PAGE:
This Saturday April 2 begins the month of fasting, the month of Ramadan. Here is the practical and useful information to know to better understand Ramadan 2022 in Turkey.

Ramadan (Ramazan in Turkish) is the fourth of the five pillars of Islam (with the profession of faith – the Shahada or Kelime-i şehâdet in Turkish -, almsgiving, the pilgrimage to Mecca, and the prayer five times per day), its practice is therefore of paramount importance in the lives of many Muslims in Turkey and elsewhere in the world.

Some general information about Ramadan in Turkey

Originally, the month of Ramadan is the ninth month of the lunar calendar, during which the Quran was revealed to the Prophet Muhammad during the “Night of Destiny” (Laylat ul Qadr – Kadir gecesi in Turkish). In the Holy Book, Allah proclaims that fasting (oruç) must be followed by Muslims.

If Ramadan never corresponds to the same period of our calendar, it is because unlike the solar calendar, the Muslim lunar calendar has eleven or twelve days less, and therefore shifts the period of fasting (about 10 days) by advancing it from one year to the next.

During the month of Ramadan, Muslims (from puberty) get up before dawn to take their first meal, which is called sahur, and which they must finish before the call to prayer (imsak) in the morning. At sunset, with the evening prayer, they break the fast with the meal called iftar. Between sunrise and sunset, fasting people must abstain from drinking, eating, smoking and having sexual intercourse.

In the event of an unfortunate breaking of the fast (kaza orucu), the person will have to make up for it by fasting one more day for each day of fasting not respected (this, before the following Ramadan).

Some people may be completely exempt from fasting, such as the very old, sick people, children, pregnant women or menstruating women.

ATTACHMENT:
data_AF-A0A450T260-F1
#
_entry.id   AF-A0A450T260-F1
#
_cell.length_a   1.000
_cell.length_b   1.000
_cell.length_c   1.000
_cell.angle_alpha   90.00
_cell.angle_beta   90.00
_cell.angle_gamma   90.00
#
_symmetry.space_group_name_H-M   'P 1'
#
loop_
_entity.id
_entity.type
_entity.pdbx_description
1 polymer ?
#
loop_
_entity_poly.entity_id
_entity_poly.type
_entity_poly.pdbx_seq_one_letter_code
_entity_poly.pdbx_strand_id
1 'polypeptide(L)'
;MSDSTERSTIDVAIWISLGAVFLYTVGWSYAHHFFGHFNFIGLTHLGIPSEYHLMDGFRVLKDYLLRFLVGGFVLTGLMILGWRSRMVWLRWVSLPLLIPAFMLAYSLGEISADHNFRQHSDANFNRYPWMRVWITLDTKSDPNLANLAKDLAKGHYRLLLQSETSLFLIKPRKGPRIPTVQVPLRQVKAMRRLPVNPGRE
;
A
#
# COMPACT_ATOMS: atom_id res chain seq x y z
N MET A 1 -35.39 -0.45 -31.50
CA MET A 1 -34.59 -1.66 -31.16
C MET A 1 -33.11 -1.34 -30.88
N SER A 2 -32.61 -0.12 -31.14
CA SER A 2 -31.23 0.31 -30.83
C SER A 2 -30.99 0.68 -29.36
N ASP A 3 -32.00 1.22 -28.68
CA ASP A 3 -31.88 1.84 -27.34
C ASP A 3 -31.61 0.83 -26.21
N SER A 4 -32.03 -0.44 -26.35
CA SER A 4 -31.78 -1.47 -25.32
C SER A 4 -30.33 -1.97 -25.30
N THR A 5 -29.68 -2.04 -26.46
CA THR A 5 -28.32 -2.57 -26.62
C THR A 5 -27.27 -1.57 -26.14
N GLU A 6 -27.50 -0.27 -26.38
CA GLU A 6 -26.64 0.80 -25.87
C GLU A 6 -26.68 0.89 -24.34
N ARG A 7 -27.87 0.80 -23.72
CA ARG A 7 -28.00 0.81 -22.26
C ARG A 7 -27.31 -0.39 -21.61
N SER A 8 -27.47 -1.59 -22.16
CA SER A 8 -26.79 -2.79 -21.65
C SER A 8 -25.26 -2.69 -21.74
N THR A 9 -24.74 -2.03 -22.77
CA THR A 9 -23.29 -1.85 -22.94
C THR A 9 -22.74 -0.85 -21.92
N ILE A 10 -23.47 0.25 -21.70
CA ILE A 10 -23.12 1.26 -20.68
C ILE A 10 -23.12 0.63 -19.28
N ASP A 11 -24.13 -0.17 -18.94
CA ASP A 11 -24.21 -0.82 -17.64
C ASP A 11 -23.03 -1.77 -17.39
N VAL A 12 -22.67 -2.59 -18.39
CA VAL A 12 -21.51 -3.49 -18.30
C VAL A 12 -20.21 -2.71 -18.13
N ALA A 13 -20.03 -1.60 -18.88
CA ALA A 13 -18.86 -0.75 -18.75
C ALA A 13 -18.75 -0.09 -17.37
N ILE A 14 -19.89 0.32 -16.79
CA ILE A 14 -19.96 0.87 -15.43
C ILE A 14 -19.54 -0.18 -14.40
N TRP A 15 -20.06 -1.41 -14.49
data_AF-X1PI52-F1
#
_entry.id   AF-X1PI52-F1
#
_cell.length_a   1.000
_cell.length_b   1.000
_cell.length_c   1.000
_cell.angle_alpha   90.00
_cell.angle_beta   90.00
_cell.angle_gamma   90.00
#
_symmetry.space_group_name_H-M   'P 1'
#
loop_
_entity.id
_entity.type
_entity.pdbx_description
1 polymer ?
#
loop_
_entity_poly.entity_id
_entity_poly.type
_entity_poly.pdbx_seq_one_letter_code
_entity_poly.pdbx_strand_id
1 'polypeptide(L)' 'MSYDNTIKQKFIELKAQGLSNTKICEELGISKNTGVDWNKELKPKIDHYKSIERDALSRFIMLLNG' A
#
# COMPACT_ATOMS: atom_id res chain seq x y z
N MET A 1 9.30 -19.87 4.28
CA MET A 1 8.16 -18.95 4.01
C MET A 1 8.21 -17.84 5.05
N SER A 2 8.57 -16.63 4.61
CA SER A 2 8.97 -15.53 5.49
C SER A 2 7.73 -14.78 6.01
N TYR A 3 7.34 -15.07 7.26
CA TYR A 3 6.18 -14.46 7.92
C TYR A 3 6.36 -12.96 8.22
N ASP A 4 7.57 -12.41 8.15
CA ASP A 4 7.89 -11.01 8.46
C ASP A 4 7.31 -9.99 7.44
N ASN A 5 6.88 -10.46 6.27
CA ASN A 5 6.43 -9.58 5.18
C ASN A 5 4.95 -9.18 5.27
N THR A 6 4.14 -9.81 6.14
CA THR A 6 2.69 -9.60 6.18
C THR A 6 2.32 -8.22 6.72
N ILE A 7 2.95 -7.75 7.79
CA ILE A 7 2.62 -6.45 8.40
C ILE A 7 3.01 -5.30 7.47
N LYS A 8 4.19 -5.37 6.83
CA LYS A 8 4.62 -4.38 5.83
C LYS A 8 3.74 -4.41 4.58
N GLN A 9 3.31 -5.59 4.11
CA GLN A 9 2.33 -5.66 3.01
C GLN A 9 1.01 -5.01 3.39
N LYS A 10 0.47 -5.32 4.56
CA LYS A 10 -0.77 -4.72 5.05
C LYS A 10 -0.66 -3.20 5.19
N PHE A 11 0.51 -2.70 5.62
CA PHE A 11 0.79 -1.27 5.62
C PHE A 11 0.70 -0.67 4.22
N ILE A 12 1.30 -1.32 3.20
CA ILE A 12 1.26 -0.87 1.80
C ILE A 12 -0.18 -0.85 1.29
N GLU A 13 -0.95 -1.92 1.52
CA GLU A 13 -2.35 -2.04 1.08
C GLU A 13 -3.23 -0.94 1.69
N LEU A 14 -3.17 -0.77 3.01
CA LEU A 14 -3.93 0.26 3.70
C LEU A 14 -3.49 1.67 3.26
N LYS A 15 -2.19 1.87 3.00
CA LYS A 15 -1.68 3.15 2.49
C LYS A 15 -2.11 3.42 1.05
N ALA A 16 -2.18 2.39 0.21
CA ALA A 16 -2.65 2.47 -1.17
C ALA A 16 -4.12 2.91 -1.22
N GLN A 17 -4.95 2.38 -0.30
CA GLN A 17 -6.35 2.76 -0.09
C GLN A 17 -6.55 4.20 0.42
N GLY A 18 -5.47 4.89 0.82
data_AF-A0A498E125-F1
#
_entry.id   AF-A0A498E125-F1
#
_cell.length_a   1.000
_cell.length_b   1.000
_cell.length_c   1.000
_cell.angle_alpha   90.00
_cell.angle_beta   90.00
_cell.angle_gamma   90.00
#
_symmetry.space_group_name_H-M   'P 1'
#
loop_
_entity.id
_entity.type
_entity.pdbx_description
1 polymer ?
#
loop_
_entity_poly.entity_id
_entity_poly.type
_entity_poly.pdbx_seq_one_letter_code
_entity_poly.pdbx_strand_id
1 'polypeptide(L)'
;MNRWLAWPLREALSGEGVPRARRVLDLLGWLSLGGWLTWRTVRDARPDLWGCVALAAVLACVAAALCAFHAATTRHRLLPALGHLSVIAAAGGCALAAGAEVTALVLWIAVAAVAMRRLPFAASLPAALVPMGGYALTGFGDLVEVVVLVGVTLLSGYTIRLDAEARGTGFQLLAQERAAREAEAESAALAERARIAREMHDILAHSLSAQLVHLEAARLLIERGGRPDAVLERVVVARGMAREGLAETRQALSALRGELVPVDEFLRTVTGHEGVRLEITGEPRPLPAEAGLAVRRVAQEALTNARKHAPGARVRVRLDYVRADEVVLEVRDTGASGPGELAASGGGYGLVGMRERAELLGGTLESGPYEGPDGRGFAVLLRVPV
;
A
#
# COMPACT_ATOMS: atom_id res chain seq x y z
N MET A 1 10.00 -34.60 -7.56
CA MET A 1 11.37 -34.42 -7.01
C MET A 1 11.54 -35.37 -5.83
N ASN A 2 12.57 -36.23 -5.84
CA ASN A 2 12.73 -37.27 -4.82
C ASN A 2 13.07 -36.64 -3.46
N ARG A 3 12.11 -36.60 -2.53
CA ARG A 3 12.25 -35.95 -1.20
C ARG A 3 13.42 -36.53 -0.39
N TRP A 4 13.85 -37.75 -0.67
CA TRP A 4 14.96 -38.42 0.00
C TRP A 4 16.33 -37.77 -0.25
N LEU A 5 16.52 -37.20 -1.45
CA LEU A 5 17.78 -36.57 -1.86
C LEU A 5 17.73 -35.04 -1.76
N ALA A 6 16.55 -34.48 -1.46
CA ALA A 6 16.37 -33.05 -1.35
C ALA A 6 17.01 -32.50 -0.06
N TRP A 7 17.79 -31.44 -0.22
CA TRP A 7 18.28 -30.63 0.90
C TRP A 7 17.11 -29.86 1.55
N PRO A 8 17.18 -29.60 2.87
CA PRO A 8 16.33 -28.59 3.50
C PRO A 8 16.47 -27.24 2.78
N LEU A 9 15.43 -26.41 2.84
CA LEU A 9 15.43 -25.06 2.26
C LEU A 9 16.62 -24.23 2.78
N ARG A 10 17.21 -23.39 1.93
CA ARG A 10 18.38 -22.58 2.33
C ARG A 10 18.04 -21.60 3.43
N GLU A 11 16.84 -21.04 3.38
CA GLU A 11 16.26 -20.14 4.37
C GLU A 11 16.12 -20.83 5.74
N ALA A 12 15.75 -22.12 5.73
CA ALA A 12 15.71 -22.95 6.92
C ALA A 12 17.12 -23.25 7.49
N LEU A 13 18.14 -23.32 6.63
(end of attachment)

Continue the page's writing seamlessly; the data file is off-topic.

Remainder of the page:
In general, during the fast, Muslims must respect the principles of moderation, humility and solidarity. The month of Ramadan celebrates generosity, hospitality, patience and tenacity.

A little vocabulary to navigate with Ramadan in Turkey

Oruc: fasting

Oruç tutmak: to fast (Oruç tutuyorum: I am fasting / Oruç tutuyor musun-uz?: are you fasting?)

Sahur: morning meal, before the first prayer (imsak) and sunrise

Iftar: meal for breaking the fast in the evening, at sunset

“Allah kabul etsin”: “May God accept”, these are the words that are pronounced when breaking the fast

Imsak: name of the first morning prayer, and therefore the moment when the fasting person must stop eating (this prayer takes place around 1h30 before sunrise)

Namaz: the prayer (Imsak namazı: first prayer of the day; öğle namazı: the midday prayer; ikindi namazı: the afternoon prayer, akşam namazı: the evening prayer, yatsı namazı: the last prayer of the day, before going to bed).

Teravih namazı: it is a special prayer that is done only during the month of Ramadan, (it follows the last evening prayer, yatsı namazı). Thus, Muslims meet at the mosque, and then socialize at the end of this prayer; often men go to kahvehane or kıraathane.

Fidye: it is a donation (in food or money) made by a person who does not observe the fast (due to illness, old age etc.).

After two years of cancellation, iftars, traditionally organized by town halls, should be able to be held this year, the pandemic slowing down.

Kadir gecesi, the 27th night of Ramadan, is very important for Muslims; it will take place this year on the night of April 27 to 28. Depending on the provinces and traditions, certain festivities are in principle organized during that night.

Regarding fasting times, they change in Turkey from one region to another (because they are subject to sunrise and sunset times). For example, in Istanbul this Saturday, April 2, fasting will begin at 5:12 a.m. with morning prayer (imsak), and end at 7:36 p.m. with evening prayer (akşam). Istanbulites who observe Ramadan will therefore have to fast a little more than 14 hours. The further we advance in the month of Ramadan, the longer the period of fasting will be…

If you do not practice Ramadan, it is recommended that you avoid eating, drinking, or smoking in the presence of people who are fasting, this is frowned upon.

May 1 will be the last day of fasting. Ramadan will end with a national holiday, the Şeker Bayramı (“Sugar Festival”), a 3-day celebration, which will last from May 2 to 4. Around 70 days after the end of Ramadan (July 9-12, 2022) Muslims will celebrate Kurban Bayramı (more commonly known as Eid), also marking a national holiday in Turkey.

To our Muslim readers: Hayırlı Ramazanlar!



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